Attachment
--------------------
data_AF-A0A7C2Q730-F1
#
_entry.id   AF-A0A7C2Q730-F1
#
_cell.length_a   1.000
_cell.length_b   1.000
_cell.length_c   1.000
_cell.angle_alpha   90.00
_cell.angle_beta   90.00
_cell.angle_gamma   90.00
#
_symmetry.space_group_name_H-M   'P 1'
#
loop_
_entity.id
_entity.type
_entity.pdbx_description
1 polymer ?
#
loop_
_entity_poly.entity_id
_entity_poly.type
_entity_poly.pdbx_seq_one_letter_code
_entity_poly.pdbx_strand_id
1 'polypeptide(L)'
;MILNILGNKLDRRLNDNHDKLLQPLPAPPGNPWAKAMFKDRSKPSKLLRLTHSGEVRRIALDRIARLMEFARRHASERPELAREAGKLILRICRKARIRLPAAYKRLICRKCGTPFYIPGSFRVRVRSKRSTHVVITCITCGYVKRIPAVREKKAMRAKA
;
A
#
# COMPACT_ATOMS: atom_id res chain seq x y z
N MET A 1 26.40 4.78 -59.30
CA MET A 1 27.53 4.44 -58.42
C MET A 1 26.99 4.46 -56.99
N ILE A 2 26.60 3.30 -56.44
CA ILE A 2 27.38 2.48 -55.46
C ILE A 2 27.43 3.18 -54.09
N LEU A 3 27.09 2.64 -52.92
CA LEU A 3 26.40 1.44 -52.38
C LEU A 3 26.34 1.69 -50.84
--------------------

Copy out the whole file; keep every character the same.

data_AF-A0A7C2Q730-F1
#
_entry.id   AF-A0A7C2Q730-F1
#
_cell.length_a   1.000
_cell.length_b   1.000
_cell.length_c   1.000
_cell.angle_alpha   90.00
_cell.angle_beta   90.00
_cell.angle_gamma   90.00
#
_symmetry.space_group_name_H-M   'P 1'
#
loop_
_entity.id
_entity.type
_entity.pdbx_description
1 polymer ?
#
loop_
_entity_poly.entity_id
_entity_poly.type
_entity_poly.pdbx_seq_one_letter_code
_entity_poly.pdbx_strand_id
1 'polypeptide(L)'
;MILNILGNKLDRRLNDNHDKLLQPLPAPPGNPWAKAMFKDRSKPSKLLRLTHSGEVRRIALDRIARLMEFARRHASERPELAREAGKLILRICRKARIRLPAAYKRLICRKCGTPFYIPGSFRVRVRSKRSTHVVITCITCGYVKRIPAVREKKAMRAKA
;
A
#
# COMPACT_ATOMS: atom_id res chain seq x y z
N MET A 1 26.40 4.78 -59.30
CA MET A 1 27.53 4.44 -58.42
C MET A 1 26.99 4.46 -56.99
N ILE A 2 26.60 3.30 -56.44
CA ILE A 2 27.38 2.48 -55.46
C ILE A 2 27.43 3.18 -54.09
N LEU A 3 27.09 2.64 -52.92
CA LEU A 3 26.40 1.44 -52.38
C LEU A 3 26.34 1.69 -50.84